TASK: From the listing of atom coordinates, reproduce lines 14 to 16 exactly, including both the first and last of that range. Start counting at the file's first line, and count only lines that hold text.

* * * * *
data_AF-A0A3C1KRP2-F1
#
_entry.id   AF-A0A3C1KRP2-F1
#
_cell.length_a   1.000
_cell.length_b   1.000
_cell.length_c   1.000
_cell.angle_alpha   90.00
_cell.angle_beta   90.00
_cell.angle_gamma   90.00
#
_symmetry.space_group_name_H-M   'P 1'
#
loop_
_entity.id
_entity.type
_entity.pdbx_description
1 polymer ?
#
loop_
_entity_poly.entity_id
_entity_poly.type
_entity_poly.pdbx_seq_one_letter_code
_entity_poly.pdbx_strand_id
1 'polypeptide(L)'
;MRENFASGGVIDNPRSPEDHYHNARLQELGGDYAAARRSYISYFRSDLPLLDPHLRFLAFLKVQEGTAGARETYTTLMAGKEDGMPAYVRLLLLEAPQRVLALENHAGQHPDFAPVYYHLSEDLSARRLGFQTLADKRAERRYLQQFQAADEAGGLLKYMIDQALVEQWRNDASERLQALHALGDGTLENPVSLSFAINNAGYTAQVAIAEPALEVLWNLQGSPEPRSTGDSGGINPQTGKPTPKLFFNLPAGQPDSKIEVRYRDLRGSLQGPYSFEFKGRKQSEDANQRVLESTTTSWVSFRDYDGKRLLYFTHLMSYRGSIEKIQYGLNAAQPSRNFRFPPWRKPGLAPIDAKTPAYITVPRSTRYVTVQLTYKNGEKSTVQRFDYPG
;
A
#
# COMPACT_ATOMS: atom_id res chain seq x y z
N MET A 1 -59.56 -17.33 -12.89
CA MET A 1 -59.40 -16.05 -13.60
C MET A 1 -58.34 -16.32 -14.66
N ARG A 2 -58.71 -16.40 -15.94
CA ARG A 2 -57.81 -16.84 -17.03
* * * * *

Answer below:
loop_
_entity.id
_entity.type